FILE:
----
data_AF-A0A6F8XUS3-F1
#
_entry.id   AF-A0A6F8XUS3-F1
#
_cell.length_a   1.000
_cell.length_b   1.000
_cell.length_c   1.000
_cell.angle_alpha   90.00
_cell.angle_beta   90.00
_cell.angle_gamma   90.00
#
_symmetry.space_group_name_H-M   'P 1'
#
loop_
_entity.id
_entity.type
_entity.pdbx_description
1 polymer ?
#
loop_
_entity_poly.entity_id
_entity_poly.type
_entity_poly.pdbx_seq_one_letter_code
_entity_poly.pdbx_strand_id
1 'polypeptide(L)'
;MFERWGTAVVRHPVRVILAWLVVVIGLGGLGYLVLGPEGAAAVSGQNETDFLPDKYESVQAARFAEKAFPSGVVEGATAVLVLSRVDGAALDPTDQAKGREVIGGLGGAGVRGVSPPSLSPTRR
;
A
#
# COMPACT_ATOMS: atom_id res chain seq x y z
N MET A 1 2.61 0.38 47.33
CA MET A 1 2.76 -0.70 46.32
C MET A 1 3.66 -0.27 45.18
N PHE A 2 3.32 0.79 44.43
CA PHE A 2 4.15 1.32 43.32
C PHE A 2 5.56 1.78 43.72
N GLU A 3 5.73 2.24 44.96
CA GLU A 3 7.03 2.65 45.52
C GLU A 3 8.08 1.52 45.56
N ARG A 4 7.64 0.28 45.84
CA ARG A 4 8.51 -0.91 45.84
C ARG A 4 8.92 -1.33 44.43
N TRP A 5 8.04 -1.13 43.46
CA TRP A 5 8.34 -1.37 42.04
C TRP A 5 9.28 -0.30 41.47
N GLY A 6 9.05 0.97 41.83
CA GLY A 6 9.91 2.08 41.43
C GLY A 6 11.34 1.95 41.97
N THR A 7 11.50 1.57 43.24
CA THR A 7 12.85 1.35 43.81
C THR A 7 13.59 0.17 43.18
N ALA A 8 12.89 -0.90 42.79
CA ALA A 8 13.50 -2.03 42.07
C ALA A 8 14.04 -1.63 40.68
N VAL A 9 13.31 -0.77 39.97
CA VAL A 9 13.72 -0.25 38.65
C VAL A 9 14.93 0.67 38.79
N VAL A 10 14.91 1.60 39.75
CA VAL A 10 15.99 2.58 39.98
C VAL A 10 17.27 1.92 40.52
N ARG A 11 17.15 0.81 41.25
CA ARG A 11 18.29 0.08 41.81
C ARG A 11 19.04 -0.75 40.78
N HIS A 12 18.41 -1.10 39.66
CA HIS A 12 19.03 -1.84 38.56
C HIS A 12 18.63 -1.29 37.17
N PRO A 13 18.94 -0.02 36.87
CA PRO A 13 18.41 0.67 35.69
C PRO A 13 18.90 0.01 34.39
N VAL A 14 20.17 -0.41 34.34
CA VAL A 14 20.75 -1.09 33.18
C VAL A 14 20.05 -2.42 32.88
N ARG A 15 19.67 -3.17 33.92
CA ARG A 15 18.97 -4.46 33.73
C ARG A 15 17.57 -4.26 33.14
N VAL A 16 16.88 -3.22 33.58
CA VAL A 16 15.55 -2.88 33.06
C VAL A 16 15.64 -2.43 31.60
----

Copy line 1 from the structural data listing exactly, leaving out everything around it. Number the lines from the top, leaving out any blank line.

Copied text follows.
data_AF-A0A6F8XUS3-F1